On his days off, Lt. Col. James J. Walton liked to parachute out of airplanes and bike long distances - once embarking on a weeklong trek from Richmond, Va., to Lexington, Ky.
The career soldier, who relatives said never complained about two deployments and whose fourth wedding anniversary would have been tomorrow, was killed Saturday in Kandahar, Afghanistan. He was 41.
As a member of an Army Military Transition Team, Colonel Walton trained Afghan soldiers. It was a job he enjoyed, although he often reported to his family about its front-line danger, his father-in-law, Joseph Moschler, said yesterday.
He was killed when his convoy encountered a roadside bomb and small-arms fire, according to the Defense Department.
"He was there to train the Afghan military, and he looked forward to it, he believed in it and he cared about it," said Mr. Moschler, of Midlothian, Va. "He was the most dedicated man to his job I have ever known."
Colonel Walton was a Rockville native and West Point graduate.
Several years ago, he was deployed to Iraq. Upon his return, he joined the Military Transition Team, 1st Brigade, 1st Infantry Division, based at Fort Riley, Kan. He was deployed to Afghanistan in December.
"As a youngster, he set his sights early on West Point," said his sister, Kyle Cottrell, who is a retired lieutenant colonel in the Marines. "There was a feeling in my family: To whom much is given, much is expected. The manner in which we chose to do that was in the military. It was an avenue to which we could give something back to a country that gave so much to us."
The family learned of Colonel Walton's death during a reunion at a beach in Virginia, his sister said.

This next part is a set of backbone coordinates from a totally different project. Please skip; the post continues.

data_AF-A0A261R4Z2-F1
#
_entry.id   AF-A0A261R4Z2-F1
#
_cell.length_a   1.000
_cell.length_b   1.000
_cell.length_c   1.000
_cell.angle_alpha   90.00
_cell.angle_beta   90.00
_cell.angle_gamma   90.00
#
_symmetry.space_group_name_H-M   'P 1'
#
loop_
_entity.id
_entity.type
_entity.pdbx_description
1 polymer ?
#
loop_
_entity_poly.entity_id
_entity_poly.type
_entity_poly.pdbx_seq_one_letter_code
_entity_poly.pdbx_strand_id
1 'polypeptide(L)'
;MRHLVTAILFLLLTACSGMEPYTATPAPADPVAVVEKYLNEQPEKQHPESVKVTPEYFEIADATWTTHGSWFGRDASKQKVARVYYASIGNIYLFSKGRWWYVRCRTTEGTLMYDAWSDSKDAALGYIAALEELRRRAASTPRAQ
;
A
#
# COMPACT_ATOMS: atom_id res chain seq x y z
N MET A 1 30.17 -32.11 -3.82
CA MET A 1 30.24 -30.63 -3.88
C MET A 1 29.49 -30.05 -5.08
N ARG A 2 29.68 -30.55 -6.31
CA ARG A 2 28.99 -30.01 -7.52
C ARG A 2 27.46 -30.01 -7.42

"It has been a blessing that we could all be together and share laughter and tears," she said.
They have shared stories of "Jimmy," the second-youngest of five children, a standout on the diving team at West Point, an optimistic "born leader" who was always trying something adventurous, from rock climbing and rappelling to flying.
In photos, he stood out. He was the tall and sturdy one with a bald head and - always - a huge grin, she said.
Colonel Walton had a pilot's license and belonged to a club where he could rent small planes from time to time, taking his father-in-law on rides.
He was an enthusiastic paratrooper, logging more than 5,000 jumps, Mr. Moschler said. Upon retirement, he hoped to join the Golden Knights, an Army parachuting team based at Fort Bragg, N.C.
His wife, Sarah Moschler Walton, shared her husband's love of athletics. The two met at an Arlington, Va., fitness club five years ago, dating a year before they married. The couple settled in Arlington, and Colonel Walton worked at the Pentagon.
Mr. Moschler said he approved of him instantly.
"I thought he was the most wonderful young man I have ever known in my life," he said. "I loved him just like my own."
Colonel Walton was deployed twice during his marriage, and he and his wife made the most of their time together, often going hiking and running, Mr. Moschler said. The two loved animals, volunteered at animal-rescue facilities and had a pet cat and a dog, a mutt named Hannibal that they had rescued from abuse.
They also planned to adopt a child, Mr. Moschler said.
"She was with us when she learned of this Saturday night, and of course it hit her like a bolt of lightning," Mr. Moschler said of his daughter. "She was hysterical, even though she was half-prepared for it.
"Sarah knew that Jim was a professional soldier, and she never complained about it," her father said. "Of course she wanted him home, but she understood his first obligation was his country, and she never complained."
And Colonel Walton believed in his work.
"He told me one of the last times I talked to him, 'I think the Lord put me on this earth for a special purpose - to help people who can't help themselves. That's why I'm here, and that's what I intend to do,' " Mr. Moschler remembered him saying. "He was the most unassuming, humble man I ever knew. He never wanted to draw attention to himself."